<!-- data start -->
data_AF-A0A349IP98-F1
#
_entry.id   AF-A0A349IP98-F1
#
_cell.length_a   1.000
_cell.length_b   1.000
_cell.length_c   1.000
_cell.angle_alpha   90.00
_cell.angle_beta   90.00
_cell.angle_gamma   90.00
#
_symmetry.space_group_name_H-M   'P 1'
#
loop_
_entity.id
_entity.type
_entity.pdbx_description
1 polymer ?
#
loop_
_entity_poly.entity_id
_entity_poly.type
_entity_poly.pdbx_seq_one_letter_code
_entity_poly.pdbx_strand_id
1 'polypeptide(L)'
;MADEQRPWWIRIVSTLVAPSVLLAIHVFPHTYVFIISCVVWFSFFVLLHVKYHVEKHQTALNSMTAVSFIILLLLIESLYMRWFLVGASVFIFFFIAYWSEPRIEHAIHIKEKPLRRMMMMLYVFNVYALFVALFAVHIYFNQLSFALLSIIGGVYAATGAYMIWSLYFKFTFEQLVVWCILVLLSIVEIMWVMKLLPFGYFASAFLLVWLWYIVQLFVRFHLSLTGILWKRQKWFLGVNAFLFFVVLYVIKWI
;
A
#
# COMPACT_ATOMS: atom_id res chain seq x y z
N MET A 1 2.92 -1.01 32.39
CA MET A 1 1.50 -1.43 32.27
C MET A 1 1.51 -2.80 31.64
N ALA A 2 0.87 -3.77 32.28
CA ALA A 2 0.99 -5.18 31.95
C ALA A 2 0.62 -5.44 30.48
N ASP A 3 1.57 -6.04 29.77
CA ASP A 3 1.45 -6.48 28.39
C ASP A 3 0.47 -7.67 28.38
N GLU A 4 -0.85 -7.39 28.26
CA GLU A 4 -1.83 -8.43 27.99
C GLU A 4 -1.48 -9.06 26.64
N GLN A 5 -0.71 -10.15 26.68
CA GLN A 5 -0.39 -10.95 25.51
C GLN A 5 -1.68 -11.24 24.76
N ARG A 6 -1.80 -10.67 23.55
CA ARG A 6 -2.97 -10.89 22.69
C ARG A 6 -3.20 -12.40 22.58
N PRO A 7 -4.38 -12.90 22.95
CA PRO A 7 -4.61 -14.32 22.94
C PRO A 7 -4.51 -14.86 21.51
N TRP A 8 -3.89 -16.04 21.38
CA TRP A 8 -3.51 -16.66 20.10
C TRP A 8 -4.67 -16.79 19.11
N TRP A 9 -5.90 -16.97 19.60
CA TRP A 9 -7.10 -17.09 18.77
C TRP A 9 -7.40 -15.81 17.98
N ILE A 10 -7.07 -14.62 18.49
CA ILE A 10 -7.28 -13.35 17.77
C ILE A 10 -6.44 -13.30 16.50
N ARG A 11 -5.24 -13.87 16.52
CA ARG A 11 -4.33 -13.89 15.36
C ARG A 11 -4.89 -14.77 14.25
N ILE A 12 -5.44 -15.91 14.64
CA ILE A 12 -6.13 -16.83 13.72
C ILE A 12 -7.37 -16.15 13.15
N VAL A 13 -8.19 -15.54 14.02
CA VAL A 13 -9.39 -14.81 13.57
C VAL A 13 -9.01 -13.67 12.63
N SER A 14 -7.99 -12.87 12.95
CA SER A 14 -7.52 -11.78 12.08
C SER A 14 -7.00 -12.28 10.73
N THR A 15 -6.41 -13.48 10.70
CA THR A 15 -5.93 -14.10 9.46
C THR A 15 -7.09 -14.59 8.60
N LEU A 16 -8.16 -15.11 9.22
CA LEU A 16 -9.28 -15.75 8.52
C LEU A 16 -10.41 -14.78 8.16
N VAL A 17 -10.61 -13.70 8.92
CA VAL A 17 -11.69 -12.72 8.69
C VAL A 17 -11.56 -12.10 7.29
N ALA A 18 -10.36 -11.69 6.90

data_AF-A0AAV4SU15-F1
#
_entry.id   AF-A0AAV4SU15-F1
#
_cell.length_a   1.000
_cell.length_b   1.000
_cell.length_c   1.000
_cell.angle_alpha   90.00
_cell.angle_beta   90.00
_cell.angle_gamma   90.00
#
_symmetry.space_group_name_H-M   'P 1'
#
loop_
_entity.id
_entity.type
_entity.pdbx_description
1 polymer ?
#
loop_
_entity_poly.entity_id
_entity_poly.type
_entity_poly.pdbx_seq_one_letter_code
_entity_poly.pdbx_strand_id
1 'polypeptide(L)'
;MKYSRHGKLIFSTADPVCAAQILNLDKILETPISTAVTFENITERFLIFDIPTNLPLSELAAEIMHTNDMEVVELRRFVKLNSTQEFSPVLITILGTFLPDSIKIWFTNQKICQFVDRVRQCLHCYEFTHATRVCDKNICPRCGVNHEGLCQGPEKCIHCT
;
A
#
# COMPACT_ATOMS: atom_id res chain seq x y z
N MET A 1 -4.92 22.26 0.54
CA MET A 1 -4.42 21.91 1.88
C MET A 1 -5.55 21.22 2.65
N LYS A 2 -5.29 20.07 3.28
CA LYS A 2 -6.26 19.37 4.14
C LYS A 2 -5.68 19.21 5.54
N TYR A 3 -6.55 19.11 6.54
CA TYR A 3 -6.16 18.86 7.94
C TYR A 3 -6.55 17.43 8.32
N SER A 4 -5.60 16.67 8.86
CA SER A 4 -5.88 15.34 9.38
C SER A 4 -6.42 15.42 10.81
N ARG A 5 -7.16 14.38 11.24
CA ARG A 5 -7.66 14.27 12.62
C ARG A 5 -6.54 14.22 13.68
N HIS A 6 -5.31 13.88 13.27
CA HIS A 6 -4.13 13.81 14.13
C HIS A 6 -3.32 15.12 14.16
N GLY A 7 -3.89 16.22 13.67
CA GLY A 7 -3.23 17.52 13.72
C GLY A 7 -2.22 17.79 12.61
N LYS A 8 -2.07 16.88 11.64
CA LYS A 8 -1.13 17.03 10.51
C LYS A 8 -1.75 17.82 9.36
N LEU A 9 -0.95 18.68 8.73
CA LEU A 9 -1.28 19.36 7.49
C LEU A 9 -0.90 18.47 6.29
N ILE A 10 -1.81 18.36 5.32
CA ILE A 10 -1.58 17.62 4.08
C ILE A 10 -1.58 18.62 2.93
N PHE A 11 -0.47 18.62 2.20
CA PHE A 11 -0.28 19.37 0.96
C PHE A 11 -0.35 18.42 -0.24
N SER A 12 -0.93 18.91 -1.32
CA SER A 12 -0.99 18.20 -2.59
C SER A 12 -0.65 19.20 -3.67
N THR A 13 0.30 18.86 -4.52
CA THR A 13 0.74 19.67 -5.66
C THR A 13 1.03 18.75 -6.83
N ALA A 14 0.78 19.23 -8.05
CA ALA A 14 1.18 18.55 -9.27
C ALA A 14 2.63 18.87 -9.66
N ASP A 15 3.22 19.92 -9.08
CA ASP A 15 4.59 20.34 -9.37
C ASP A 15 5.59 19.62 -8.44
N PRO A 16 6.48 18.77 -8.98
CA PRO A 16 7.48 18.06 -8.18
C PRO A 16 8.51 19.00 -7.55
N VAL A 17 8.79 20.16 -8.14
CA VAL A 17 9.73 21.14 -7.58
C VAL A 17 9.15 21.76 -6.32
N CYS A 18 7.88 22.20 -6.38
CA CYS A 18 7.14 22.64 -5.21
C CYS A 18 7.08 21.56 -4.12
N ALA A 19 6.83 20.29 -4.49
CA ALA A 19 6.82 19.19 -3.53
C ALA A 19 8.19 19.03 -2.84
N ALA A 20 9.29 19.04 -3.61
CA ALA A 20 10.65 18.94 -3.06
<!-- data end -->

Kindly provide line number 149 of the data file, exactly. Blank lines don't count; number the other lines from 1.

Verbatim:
N THR A 13 0.30 18.86 -4.52